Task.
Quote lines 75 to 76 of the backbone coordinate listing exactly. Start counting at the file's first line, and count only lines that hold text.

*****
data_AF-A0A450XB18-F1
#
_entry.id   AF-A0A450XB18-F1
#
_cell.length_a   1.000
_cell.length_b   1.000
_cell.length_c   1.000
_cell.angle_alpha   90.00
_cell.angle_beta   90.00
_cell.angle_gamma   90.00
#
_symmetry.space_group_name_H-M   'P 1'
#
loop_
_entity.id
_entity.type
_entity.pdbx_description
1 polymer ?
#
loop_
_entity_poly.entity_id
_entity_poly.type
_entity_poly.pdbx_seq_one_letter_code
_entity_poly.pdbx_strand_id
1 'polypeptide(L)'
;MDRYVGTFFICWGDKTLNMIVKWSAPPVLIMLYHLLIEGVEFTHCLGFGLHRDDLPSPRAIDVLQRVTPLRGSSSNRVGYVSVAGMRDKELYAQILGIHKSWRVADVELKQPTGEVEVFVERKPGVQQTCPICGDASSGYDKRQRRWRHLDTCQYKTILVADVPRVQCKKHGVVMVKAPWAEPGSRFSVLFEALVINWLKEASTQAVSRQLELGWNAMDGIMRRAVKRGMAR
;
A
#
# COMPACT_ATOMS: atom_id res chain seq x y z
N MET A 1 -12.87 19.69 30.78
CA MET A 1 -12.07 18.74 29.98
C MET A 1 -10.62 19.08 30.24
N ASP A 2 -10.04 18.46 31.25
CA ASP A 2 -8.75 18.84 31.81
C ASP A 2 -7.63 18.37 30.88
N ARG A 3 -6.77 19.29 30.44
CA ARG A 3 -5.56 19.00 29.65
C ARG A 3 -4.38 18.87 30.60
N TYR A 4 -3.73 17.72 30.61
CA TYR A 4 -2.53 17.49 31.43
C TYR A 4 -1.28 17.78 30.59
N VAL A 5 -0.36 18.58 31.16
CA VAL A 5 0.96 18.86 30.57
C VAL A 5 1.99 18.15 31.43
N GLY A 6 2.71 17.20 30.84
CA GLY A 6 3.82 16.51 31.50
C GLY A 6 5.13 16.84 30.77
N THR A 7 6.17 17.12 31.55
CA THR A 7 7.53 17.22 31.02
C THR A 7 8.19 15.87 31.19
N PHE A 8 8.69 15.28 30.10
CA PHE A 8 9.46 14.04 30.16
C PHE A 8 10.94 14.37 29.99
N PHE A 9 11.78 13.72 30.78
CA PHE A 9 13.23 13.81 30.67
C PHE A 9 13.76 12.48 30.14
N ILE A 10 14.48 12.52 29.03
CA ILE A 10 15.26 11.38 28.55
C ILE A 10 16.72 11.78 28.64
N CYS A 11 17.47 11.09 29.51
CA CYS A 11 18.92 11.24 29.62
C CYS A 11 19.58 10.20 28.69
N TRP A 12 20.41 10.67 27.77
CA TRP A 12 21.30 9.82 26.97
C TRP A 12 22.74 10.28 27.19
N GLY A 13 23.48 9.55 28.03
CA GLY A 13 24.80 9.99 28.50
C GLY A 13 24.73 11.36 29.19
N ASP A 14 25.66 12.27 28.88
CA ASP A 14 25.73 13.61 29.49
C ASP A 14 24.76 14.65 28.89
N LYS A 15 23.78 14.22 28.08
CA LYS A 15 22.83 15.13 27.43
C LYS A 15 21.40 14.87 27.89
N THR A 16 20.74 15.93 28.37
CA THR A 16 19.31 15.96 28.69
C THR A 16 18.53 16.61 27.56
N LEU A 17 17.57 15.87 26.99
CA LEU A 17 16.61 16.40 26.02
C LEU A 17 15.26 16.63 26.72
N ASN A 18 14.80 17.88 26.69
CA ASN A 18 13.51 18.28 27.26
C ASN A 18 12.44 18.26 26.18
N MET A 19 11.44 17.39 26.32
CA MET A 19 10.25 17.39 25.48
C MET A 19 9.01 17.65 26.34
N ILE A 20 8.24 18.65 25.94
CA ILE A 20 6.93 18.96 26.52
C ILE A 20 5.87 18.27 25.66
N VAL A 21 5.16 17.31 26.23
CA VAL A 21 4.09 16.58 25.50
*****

C LYS A 15 21.40 14.87 27.89
N THR A 16 20.74 15.93 28.37